SMDC employees remember Dr. Martin Luther King Jr.
January 16, 2014
REDSTONE ARSENAL, Ala. -- Employees of the U.S. Army Space and Missile Defense Command/Army Forces Strategic Command's Redstone Arsenal headquarters paused to remember the legacy of America's most honored civil rights leader.
The ceremony, which coincides with Dr. Martin Luther King Jr.'s birthday, took place at the Von Braun III auditorium Jan. 15.
"The observance of the legacy of Martin Luther King Jr. is very important in today's society because it focuses a part of this country's history that is a reminder of the struggles and then gains made to overcome issues our society faced with equality for everyone regardless of their race, color, gender, nationality or station in life," said Sgt. 1st Class Reginald White, Equal Opportunity program manager. "It serves as a reminder that we all should continue to pursue 'The Dream' that Dr. King spoke about to live as brothers and sisters in our beloved communities."
The Alabama A&M Choir performed a medley of songs that received a standing ovation from those in attendance. The choir also sang, with the audience, the Negro National Anthem at the end of the ceremony.
The guest speaker, Herman "Buck" A. Watson Jr., practiced law for 52 years litigating civil, criminal and domestic relation matters. Watson grew up in Alabama during segregation and discussed with attendees some of his experiences with race matters during that time. He continues to serve the community as an advocate for the expansion and promotion of effective and economical civil and criminal legal services for the poor and disadvantaged citizens of Alabama.
Juanita Sales Lee, chief, General and Administrative Law Division, SMDC, introduced Watson as the guest speaker.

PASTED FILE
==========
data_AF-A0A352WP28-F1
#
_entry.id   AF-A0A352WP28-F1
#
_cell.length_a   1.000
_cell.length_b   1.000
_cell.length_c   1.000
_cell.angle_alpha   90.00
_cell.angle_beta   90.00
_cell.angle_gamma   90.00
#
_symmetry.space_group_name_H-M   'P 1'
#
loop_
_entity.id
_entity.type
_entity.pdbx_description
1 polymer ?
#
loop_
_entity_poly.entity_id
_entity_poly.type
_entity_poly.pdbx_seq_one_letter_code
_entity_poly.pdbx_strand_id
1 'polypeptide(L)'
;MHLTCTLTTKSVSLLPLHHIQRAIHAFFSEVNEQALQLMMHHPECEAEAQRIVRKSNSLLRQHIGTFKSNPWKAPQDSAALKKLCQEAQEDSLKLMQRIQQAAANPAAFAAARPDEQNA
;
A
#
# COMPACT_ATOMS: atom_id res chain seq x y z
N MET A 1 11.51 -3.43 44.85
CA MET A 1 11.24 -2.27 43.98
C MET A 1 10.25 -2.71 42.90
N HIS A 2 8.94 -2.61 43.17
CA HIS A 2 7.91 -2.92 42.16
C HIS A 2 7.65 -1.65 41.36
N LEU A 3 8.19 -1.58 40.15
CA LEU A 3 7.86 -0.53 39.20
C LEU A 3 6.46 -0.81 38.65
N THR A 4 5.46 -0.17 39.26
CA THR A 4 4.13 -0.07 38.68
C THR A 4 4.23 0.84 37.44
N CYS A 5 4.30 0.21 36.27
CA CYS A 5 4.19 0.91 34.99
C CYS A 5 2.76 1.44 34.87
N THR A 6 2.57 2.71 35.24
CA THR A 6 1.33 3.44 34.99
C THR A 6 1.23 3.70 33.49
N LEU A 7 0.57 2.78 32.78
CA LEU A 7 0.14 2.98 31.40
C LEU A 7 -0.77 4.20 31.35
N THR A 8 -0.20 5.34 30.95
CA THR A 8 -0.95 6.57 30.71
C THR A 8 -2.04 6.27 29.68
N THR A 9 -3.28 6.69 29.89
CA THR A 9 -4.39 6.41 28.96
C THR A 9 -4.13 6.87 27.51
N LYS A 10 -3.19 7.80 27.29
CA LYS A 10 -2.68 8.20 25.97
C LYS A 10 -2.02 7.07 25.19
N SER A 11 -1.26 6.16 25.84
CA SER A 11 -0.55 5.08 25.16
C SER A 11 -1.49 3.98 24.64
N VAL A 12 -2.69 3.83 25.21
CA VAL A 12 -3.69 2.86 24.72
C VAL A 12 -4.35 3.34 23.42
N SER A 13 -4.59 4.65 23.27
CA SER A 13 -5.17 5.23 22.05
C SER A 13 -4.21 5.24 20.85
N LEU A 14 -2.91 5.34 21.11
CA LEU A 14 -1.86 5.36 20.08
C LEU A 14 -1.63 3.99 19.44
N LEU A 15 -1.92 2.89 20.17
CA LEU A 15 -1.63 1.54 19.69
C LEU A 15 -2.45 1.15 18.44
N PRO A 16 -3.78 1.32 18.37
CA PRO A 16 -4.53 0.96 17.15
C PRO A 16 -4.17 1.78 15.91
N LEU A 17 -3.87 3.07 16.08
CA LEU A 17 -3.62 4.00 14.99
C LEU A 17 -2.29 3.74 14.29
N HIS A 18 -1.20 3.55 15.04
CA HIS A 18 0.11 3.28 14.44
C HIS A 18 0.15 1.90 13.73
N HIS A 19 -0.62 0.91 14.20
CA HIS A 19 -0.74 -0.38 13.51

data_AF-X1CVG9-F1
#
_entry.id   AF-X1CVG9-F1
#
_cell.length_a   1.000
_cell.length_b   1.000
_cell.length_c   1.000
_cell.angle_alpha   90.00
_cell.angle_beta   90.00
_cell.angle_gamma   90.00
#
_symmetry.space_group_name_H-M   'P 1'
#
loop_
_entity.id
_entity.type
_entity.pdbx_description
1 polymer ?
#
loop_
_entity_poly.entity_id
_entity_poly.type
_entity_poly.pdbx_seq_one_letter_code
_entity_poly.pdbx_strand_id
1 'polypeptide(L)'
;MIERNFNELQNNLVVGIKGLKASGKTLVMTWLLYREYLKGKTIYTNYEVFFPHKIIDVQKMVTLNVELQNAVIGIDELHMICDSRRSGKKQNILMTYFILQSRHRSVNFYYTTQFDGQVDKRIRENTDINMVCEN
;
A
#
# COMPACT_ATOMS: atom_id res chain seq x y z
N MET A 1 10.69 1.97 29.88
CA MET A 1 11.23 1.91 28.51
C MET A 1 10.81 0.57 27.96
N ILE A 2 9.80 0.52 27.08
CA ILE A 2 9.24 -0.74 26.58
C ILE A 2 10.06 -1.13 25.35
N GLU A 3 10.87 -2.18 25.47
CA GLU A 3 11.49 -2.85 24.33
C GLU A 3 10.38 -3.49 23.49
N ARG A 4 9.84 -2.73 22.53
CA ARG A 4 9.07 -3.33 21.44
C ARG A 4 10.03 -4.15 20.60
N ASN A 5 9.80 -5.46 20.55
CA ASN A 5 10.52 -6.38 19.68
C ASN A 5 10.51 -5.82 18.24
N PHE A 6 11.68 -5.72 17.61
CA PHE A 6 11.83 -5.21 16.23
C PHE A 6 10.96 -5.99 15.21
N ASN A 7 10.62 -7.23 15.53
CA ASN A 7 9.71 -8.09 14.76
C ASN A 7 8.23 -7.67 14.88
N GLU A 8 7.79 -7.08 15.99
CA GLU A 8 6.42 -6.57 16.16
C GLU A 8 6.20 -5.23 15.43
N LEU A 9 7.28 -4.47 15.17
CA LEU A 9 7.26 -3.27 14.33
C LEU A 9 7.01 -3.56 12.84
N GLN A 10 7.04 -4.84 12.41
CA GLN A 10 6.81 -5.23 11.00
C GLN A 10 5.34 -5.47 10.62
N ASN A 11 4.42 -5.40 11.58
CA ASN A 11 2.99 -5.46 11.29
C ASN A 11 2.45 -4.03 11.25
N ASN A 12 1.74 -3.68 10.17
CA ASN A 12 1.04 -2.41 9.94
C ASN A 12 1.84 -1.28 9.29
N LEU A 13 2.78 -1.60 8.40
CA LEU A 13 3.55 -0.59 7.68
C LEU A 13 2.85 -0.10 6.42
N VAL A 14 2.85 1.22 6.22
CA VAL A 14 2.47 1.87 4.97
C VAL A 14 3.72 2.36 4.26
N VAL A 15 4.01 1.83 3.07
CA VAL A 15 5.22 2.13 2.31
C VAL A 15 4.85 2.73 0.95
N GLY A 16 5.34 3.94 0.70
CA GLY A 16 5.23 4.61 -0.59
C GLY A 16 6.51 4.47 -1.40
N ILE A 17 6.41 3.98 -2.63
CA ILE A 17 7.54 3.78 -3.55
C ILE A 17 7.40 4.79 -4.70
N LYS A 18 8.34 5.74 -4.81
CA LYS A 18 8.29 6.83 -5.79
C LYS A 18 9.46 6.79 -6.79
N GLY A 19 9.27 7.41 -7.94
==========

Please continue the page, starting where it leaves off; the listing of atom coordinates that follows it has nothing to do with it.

"To move the country and Alabama forward, and to realize Dr. King's dream, conversations on crucial issues, such as race relations, the effects of slavery, etc., are needed," Sales Lee said. "Buck is comfortable having this conversation and hopes you will carry on the conversation and act on the philosophy of love."
King, both a civil rights activist and a Baptist minister, has had a lasting effect on race relations in the United States. King is credited with ending legal segregation in the South and the creation of the Civil Rights Act of 1964 and the Voting Rights Act of 1965. In 1964, King received the Nobel Peace Prize. He was 35 years old. In 1968, the then 39-year-old King, while standing on a balcony at a hotel in Memphis, Tenn., was shot and killed.
White talked about why it is important for the Army to observe King's birthday.
"Because of what Dr. King did and his philosophy, we should all be reminded that it takes self-involvement and sacrifice to be a change agent in race relations," White said. "It is important for the Army to observe Dr. King's birthday because it helps to reemphasize the diversity of the Army and how we operate as one unit in accomplishing our mission. We need to be an example to the rest of the country to show that racial inequality has no place in an efficient successful Army."
President Ronald Reagan signed the King Holiday Bill into law on Nov. 2, 1983, making the third Monday in January a legal federal holiday to honor King and his legacy.